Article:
Thursday, February 4, 2016

Highway 83's Laredo Goes All Out to Celebrate George Washington’s Birthday

By Stew Magnuson

“I get that question all the time,” says Veronica Castillon, “What are a bunch of
Linda Leyendecker Gutierrez and some of her creations
Mexicans doing celebrating Washington’s Birthday?”

Indeed, the city of Laredo has made a pretty big deal out of acknowledging the United States’ first president since 1898.
Of course, what Castillon, former president of the association that produces the annual event, meant was “Mexican-Americans.” Laredo was founded by the Spanish in 1755, and later became part of Mexico when it broke free of colonial rule.
Long after it became part of the United States, the residents held onto their traditional Latin festivals and holidays. The city leaders wanted to balance that out, so they settled on a distinctly American holiday, Castillon explained.
Now, there is currently no other city in the America that goes all out for G.W. the way Laredo does. It has been doing so for 119 years.
The celebrations take up several weeks in February each year — when the weather is much milder compared to the summer months.
Washington’s Birthday Celebration events attract nearly 500,000 residents and visitors, and contributes an estimated $14 million every year to the local economy, according to the association website.
This year includes the annual parade, concerts, fireworks, an air show, a car show, and 5 K race, Jalapeno Festival, a 10-day carnival and the highlight: The Society of Martha Washington Ball where 13 young women and their escorts, representing the 13 colonies, attend in resplendent gowns and period costumes.
At the home of Laredo native Linda Leyendecker Gutierrez, I had an opportunity of
Gown details
seeing some of these gowns. Gutierrez is one of the city’s best known dressmakers, who can spend months working on one of the pieces.

How much does she charge to produce one of these one-of-a-kind gowns?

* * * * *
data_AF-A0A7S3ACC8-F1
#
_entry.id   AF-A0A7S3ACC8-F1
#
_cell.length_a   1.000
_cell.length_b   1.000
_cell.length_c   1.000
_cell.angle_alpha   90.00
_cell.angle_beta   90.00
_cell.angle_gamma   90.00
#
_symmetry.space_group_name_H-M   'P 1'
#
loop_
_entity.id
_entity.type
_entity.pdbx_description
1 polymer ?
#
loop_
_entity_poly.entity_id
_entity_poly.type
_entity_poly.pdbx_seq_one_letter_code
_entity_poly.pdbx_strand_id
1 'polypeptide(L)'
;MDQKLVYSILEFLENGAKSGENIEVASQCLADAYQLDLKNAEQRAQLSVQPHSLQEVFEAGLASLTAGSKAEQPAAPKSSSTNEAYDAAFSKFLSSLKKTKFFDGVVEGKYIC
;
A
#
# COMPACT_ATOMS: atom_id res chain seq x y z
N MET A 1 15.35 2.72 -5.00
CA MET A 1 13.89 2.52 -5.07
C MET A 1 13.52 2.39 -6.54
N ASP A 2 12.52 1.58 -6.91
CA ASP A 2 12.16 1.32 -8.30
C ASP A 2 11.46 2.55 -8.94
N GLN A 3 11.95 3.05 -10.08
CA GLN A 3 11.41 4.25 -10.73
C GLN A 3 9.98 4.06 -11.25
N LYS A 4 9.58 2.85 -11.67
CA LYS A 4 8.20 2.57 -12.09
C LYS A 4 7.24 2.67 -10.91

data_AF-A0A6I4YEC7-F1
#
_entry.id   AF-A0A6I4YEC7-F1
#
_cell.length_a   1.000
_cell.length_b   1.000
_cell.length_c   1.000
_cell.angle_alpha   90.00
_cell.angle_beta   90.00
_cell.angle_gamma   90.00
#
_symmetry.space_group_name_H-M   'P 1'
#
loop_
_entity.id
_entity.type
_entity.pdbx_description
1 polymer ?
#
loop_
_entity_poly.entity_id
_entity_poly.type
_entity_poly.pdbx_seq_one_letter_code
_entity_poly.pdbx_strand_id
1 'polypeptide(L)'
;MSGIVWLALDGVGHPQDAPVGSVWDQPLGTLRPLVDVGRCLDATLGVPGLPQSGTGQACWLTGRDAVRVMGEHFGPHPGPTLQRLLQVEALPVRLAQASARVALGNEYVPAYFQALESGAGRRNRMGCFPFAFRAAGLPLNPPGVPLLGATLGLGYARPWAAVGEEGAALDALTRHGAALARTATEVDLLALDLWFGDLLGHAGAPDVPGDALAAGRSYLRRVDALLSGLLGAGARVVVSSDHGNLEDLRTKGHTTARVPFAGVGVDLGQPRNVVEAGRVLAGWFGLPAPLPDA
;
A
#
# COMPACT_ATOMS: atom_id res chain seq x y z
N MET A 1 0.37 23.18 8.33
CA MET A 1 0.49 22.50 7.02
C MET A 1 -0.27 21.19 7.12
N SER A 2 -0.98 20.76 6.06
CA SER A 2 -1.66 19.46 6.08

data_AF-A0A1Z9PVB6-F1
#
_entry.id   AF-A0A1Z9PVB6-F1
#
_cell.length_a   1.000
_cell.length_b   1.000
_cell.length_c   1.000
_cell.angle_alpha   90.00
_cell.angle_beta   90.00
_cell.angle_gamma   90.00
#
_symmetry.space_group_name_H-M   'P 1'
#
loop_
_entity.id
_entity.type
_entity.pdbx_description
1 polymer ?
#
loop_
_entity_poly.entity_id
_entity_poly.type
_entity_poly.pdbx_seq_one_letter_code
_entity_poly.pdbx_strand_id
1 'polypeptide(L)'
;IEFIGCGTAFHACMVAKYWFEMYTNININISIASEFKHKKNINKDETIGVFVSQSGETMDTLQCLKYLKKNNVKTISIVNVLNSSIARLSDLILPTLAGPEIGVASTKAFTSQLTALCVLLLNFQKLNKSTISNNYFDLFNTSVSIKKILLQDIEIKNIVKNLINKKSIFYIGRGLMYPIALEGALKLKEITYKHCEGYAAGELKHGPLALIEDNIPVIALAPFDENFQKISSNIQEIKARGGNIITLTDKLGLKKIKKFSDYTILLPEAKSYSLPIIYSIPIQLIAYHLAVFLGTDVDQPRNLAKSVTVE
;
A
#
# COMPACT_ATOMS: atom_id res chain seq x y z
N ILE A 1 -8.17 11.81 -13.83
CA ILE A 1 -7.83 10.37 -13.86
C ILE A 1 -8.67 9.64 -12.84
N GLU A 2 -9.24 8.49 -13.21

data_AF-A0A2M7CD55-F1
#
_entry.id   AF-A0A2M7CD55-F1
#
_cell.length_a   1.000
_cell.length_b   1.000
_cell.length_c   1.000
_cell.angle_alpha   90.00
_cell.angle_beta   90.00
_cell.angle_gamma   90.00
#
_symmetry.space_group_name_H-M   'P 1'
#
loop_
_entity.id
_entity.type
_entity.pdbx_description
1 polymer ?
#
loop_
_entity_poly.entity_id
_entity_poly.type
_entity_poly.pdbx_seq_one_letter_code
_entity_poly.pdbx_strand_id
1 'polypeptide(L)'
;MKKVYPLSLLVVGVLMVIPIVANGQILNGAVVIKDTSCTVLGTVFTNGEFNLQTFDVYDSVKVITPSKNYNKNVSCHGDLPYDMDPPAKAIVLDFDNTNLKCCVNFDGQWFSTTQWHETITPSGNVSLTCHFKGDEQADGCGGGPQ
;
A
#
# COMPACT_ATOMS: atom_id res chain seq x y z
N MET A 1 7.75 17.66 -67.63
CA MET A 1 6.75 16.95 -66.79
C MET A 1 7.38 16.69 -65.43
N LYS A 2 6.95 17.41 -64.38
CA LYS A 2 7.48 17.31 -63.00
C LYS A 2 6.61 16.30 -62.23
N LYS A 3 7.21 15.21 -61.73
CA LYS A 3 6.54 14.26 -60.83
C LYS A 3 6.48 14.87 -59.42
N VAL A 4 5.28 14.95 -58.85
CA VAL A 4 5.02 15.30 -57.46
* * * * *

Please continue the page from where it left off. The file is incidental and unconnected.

That’s confidential, she says. She has never revealed how much one of her clients pays. Once made, they become treasured family heirlooms.
While the ball is a big night, in Gutierrez’s mind, the most important ceremony is the International Bridge Ceremony, where two boys and two girls, each representing both side of the border, meet on a spot over the Rio Grande River and embrace. The big parade begins soon after.
Another reason Washington’s birthday is celebrated here is because of the respect the founding father commands in Latin America as a leader who threw off the yoke of European colonialism.
“Respected as the forerunner of such Latin American liberators as Mexico’s Father Hidalgo and Simon Bolivar, Washington’s esteem is not limited to the United States,” the celebration’s website says.
Bridge ceremony photo courtesy of WBCA.
The Princess Pocahontas Pageant and Ball where a local woman in a resplendent beaded costume “presides over a spectacular pageant that is as much a part of the Washington’s Birthday Celebration as it is a homage to the Native American culture. The Princess Pocahontas Pageant presents the Native Americans in a setting that is both mystical and natural, “ the official website says
The Society of Martha Washington Ball, where Gutierrez gowns make their public debut, is one of the most famous events in South Texas and was featured in National Geographic.
For a list of George Washington Birthday Celebration events check out the website HERE.
For those who can’t make it to Laredo in February, there is a small Washington's Birthday Celebration museum on the southwest corner of San Augustin Plaza, which has a display of some of the elaborate gowns and costumes.

Stew Magnuson is the author of The Last American Highway: A Journey Through Time Down U.S. Route 83: The Dakotas, and  The Last American Highway: Nebraska Kansas Oklahoma edition. Both are available online or in museums, bookstores and gift shops on Hwy 83.

To join the Fans of U.S. Route 83 group on Facebook, CLICK HERE. And check out the U.S. Route 83 Travel page at www.usroute83.com.  Contact Stew Magnuson at stewmag (a) yahoo.com


Tuesday, January 19, 2016

Exploring the Historic ‘Streets of Laredo’ Along Highway 83


San Augustin church. Photos by Stew Magnuson

It’s the first Friday night of the month in Laredo and the CaminArte (art walk) is underway.
Families, young couples and folks on their own like myself — with a special map in hand — are making their way around the town center’s streets to check out the local galleries. About nine sites are opening their doors to sell paintings or crafts, and the town’s famous San Augustin Square is surrounded by vendors for an artisan’s bazaar.
One of my first stops is Gallery 201, a contemporary art gallery, where a handful of local artists have set up tables.
Erika Lamar Buentello happens to be selling prints of local iconic neon signs. Two of them, the Evelyn Motor Inn and Pan American Courts Café (and Hotel) are out on Business 83. Those signs have been there since before there was an expressway, and hark back to the Golden Age of road travel in the 1940s and 1950s.